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The Legacy of Katharine Hepburn

Aired June 30, 2003 - 20:47   ET


PAULA ZAHN, CNN ANCHOR: Sophisticated, sharp-witted, classy and sassy, this weekend, the world lost more than a legend of the silver screen.

(voice-over): Katharine Hepburn once said, "The single most important thing anyone needs to know about me is that I am totally, completely the product two of damn fascinating individuals who happen to be my parents." The daughter of a doctor who was a pioneer in the fight against venereal diseases and a suffragette who was a strong advocate of birth control, Hepburn was always encouraged to speak her mind, and with what a voice.


KATHARINE HEPBURN: Oh, we're going to talk about me, are we? Goody.


ZAHN: But she is perhaps better known for the voice she gave to others -- sexy, smart and foremost independent.


KATHARINE HEPBURN: All I'm saying is, why let this deplorable system seep into our courts of law, where women are supposed to be equal.


ZAHN: Hepburn was a role model, not just setting trends, like her signature trousers, but defining a new role for women.

KATHARINE HEPBURN: In some ways, I've lived my life as a man, made my own decisions. I've been as terrified as the next person, but you've got to keep going. You've got to dream.

ZAHN: Hepburn taught generations to dream. When asked what it was about her that struck people, she said she had an angular face, an angular body and, quote, "an angular personality which jabs into people."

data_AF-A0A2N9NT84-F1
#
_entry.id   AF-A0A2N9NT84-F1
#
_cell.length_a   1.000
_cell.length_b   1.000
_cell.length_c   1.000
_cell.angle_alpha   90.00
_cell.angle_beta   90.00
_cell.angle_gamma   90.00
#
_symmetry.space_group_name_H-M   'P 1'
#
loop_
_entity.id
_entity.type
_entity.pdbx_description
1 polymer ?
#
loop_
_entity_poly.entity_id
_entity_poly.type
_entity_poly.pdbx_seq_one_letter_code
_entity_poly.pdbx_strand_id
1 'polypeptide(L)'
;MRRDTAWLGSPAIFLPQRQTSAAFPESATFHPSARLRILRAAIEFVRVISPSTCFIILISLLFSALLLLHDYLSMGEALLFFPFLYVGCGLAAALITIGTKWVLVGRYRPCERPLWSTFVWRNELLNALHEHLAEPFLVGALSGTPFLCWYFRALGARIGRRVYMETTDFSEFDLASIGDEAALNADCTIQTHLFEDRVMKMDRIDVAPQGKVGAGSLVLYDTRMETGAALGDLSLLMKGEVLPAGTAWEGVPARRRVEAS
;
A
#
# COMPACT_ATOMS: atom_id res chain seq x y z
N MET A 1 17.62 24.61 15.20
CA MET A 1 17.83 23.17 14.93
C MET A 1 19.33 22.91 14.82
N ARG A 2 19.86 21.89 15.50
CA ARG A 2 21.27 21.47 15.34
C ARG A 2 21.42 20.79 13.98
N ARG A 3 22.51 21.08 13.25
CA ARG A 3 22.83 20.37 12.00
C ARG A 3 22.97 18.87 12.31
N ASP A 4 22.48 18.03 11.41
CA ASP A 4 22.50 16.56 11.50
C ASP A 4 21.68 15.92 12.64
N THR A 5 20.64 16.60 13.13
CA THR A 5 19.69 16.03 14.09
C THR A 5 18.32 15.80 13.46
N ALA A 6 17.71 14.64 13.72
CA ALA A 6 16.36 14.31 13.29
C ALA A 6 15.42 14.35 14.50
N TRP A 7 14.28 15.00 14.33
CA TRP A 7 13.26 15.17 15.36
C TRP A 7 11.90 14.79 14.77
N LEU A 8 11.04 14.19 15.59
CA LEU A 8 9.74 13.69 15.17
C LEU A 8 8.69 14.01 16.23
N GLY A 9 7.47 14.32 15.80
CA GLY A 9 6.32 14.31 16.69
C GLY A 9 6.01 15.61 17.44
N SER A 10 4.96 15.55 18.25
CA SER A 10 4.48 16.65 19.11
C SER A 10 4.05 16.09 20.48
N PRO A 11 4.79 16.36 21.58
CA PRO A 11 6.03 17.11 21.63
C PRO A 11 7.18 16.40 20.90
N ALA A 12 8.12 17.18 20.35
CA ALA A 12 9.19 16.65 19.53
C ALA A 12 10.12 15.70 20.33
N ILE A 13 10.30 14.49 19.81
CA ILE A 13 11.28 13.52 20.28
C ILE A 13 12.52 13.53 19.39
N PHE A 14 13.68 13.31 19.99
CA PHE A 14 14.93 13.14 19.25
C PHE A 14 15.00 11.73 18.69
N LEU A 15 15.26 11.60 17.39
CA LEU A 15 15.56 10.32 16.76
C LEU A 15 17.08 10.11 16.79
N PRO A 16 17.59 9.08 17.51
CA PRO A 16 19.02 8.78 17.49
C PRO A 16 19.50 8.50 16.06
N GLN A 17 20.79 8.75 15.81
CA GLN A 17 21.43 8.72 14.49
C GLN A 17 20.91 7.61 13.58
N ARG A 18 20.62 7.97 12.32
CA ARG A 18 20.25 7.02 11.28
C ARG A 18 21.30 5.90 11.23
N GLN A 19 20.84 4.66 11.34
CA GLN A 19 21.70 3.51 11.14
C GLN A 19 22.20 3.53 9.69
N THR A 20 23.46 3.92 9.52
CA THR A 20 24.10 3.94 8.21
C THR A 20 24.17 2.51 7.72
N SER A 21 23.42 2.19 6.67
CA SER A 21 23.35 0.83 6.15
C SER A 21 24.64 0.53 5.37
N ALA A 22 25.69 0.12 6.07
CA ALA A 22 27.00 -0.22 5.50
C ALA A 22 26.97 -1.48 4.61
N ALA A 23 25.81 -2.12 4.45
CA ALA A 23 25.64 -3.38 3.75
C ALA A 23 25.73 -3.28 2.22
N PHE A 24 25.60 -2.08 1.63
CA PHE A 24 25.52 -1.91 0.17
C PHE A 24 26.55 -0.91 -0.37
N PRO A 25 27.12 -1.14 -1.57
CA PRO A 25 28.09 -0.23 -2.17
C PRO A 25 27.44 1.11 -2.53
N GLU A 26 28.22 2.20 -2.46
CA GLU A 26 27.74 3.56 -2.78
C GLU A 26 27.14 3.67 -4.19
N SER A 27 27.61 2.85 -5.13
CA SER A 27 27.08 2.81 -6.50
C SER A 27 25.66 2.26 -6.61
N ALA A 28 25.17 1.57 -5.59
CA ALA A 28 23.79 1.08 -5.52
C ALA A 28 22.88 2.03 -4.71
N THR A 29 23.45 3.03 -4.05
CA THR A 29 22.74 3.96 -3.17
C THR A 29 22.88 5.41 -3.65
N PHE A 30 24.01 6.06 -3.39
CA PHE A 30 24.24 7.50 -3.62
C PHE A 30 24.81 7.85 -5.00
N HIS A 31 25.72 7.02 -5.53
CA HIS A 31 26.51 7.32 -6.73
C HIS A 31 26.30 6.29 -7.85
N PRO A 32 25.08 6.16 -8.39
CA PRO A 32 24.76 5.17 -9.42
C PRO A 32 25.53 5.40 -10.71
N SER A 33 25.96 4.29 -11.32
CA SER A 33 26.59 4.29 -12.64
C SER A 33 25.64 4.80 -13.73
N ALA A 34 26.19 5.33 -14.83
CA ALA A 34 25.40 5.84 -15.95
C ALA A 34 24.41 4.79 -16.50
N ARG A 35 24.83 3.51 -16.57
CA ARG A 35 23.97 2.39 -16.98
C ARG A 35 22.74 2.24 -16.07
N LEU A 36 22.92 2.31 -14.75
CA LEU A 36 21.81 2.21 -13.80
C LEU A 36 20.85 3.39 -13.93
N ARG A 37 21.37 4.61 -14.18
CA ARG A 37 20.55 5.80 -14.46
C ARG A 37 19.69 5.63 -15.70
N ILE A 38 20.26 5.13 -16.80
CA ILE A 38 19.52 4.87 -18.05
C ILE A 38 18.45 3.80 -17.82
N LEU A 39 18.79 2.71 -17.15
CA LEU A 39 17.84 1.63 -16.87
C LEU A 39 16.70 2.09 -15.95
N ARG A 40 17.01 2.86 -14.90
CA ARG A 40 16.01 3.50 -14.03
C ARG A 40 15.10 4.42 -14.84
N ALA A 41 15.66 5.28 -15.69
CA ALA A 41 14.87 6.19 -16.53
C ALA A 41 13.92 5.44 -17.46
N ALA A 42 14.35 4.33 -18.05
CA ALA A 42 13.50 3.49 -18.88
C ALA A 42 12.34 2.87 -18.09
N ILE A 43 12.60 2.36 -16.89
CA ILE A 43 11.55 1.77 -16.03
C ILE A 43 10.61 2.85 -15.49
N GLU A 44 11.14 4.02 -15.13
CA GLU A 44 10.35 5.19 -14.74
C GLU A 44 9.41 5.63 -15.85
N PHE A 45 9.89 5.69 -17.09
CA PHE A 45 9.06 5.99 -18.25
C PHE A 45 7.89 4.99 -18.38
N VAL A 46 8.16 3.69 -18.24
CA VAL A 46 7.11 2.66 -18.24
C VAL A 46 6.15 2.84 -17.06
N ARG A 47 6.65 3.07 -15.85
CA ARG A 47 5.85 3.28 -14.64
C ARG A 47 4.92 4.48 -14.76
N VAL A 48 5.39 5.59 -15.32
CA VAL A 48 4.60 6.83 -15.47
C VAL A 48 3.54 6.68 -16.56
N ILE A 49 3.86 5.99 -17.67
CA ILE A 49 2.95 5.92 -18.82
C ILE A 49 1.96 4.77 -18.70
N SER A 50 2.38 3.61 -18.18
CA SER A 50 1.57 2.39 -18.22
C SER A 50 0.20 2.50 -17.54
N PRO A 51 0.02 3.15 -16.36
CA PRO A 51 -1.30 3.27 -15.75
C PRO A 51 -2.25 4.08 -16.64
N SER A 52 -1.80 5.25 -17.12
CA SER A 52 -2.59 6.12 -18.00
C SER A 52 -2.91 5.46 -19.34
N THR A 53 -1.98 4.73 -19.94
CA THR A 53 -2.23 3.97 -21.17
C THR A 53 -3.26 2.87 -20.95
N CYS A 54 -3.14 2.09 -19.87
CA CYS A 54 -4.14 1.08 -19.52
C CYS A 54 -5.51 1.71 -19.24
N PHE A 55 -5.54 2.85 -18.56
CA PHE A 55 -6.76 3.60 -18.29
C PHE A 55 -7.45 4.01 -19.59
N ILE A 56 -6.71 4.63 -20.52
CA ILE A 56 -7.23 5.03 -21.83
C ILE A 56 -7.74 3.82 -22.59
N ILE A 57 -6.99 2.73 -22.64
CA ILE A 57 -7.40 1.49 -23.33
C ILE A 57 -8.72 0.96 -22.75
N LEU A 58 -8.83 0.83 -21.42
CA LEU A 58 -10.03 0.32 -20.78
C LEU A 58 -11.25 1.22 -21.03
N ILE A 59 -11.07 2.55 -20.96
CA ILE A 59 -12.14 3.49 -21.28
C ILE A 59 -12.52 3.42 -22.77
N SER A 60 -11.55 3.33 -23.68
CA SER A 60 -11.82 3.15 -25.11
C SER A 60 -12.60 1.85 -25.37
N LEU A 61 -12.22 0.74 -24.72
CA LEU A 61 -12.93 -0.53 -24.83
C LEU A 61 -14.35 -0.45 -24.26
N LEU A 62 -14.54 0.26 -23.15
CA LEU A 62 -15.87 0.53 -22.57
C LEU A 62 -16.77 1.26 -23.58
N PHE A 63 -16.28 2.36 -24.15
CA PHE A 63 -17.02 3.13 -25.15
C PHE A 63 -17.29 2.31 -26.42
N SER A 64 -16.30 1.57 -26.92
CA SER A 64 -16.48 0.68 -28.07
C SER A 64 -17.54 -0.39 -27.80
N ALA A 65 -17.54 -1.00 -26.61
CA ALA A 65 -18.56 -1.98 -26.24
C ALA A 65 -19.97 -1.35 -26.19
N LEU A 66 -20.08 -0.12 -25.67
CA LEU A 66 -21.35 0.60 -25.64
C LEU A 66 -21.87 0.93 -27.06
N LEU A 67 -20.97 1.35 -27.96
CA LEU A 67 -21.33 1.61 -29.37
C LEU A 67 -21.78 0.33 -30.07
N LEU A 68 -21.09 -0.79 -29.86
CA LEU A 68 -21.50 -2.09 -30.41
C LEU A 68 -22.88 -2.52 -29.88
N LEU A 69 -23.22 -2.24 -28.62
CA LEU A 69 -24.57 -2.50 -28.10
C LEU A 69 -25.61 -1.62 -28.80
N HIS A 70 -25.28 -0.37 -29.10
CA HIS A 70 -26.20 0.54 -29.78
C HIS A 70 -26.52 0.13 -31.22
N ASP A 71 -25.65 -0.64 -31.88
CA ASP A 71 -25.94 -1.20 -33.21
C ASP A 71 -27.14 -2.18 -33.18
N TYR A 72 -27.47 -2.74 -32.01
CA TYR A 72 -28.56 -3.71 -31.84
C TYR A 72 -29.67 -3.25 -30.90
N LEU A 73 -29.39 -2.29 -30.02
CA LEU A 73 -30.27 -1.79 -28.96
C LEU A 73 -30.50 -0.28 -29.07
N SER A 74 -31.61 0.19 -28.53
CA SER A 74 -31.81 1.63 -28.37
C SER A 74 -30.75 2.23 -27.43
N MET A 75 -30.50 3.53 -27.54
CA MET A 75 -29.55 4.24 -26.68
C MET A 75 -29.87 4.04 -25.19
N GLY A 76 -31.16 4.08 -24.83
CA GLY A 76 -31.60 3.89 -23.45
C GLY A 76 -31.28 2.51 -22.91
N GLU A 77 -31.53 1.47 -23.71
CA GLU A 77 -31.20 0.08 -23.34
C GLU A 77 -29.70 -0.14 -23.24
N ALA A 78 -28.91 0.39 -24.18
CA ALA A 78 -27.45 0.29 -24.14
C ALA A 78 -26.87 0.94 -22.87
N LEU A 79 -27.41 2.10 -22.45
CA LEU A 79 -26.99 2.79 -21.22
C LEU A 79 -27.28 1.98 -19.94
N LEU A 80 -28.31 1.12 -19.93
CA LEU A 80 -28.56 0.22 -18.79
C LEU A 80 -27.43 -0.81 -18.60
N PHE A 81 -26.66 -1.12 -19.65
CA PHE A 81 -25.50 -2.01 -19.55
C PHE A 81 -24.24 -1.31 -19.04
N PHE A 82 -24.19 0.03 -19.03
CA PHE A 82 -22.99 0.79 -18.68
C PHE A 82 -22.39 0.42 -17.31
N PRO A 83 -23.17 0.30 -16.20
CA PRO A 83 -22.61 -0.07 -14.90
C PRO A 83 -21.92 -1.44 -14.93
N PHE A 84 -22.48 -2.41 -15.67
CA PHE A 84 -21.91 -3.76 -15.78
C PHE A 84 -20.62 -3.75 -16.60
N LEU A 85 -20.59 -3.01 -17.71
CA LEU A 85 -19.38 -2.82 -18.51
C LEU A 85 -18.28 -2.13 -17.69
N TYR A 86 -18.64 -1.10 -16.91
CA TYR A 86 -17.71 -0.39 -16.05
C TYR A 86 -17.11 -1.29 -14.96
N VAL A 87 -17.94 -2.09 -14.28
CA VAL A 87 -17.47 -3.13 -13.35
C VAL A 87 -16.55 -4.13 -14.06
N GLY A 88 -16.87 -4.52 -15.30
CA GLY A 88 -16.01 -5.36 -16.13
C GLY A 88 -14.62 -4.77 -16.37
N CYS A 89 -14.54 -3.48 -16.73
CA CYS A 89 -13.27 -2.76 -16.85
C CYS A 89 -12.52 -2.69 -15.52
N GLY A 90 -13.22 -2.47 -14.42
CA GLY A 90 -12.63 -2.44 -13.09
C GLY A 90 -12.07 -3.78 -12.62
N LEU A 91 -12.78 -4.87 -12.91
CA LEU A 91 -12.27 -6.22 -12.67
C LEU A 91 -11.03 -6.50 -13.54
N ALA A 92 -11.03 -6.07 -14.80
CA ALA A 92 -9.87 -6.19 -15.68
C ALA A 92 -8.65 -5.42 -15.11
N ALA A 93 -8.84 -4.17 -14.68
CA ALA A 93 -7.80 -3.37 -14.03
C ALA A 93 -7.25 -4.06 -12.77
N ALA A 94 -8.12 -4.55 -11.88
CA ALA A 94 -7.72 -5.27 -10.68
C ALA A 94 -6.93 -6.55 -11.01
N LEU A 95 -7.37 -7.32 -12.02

KATHARINE HEPBURN: There, that's better.

ZAHN: We'll miss the jabs. Hepburn died Sunday at her home in Connecticut. She was 96.


ZAHN: Hepburn is survived by a sister, Margaret (ph), and a brother. And her brother, Dr. Robert Hepburn, joins us tonight from Canton, Connecticut. Good of you to join us, sir. And our condolences to your family. You've probably heard a lot of the tributes to your sister today. So much has been said about her professional life and her personal life. And I'm just wondering tonight if you'd like to share something with us that you don't think most people in the audience know about your sister.

DR. ROBERT HEPBURN, BROTHER: Well, I don't think that they know how perceptive she was into the feelings of people. And I think that that quick perception and her speed of mind was what made her the personality that she was.

ZAHN: What kind of a sister was she?

ROBERT HEPBURN: She was generosity itself. And she had the tendency to sort of take care of anyone who needed taking care of. And we were pretty good at playing that. But I would say that she was a wonderful sister, always coming back from New York with some dresses and various things for her two little sisters. And for me, she would send me pieces of cloth from England to make a suit out of and things like that.

ZAHN: Well, Dr. Hepburn, I know that you all came from an exceptionally close family. And I appreciate your sharing some of your memories with us this evening. Right now, Dr. Hepburn, we're going to move on and talk to a woman who also thought very highly of your sister, Barbara Leaming, who is the author of a Hepburn biography.

Nice to see you, as well. You've had a very interesting point of reference about what Katharine Hepburn should represent to women today.